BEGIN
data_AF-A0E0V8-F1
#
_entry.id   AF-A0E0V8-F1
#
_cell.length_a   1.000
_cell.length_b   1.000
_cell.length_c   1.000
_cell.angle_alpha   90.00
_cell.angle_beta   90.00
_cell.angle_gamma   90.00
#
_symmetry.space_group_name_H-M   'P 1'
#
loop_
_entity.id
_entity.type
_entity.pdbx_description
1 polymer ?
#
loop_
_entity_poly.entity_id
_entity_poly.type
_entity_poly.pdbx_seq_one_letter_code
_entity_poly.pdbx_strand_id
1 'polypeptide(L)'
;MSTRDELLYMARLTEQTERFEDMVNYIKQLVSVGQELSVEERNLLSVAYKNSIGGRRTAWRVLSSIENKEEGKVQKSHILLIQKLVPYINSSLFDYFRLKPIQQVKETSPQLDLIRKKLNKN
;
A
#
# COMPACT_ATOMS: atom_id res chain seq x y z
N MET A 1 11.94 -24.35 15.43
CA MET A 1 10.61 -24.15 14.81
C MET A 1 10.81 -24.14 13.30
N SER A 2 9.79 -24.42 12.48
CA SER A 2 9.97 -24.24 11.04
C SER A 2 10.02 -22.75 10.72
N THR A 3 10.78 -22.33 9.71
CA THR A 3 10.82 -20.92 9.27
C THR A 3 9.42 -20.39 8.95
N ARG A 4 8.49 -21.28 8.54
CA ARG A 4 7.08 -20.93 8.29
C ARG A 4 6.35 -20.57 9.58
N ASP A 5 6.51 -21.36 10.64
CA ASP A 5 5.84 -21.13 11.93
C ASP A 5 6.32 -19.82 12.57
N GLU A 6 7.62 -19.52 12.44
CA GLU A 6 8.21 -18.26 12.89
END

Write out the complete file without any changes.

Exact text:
data_AF-A0E0V8-F1
#
_entry.id   AF-A0E0V8-F1
#
_cell.length_a   1.000
_cell.length_b   1.000
_cell.length_c   1.000
_cell.angle_alpha   90.00
_cell.angle_beta   90.00
_cell.angle_gamma   90.00
#
_symmetry.space_group_name_H-M   'P 1'
#
loop_
_entity.id
_entity.type
_entity.pdbx_description
1 polymer ?
#
loop_
_entity_poly.entity_id
_entity_poly.type
_entity_poly.pdbx_seq_one_letter_code
_entity_poly.pdbx_strand_id
1 'polypeptide(L)'
;MSTRDELLYMARLTEQTERFEDMVNYIKQLVSVGQELSVEERNLLSVAYKNSIGGRRTAWRVLSSIENKEEGKVQKSHILLIQKLVPYINSSLFDYFRLKPIQQVKETSPQLDLIRKKLNKN
;
A
#
# COMPACT_ATOMS: atom_id res chain seq x y z
N MET A 1 11.94 -24.35 15.43
CA MET A 1 10.61 -24.15 14.81
C MET A 1 10.81 -24.14 13.30
N SER A 2 9.79 -24.42 12.48
CA SER A 2 9.97 -24.24 11.04
C SER A 2 10.02 -22.75 10.72
N THR A 3 10.78 -22.33 9.71
CA THR A 3 10.82 -20.92 9.27
C THR A 3 9.42 -20.39 8.95
N ARG A 4 8.49 -21.28 8.54
CA ARG A 4 7.08 -20.93 8.29
C ARG A 4 6.35 -20.57 9.58
N ASP A 5 6.51 -21.36 10.64
CA ASP A 5 5.84 -21.13 11.93
C ASP A 5 6.32 -19.82 12.57
N GLU A 6 7.62 -19.52 12.44
CA GLU A 6 8.21 -18.26 12.89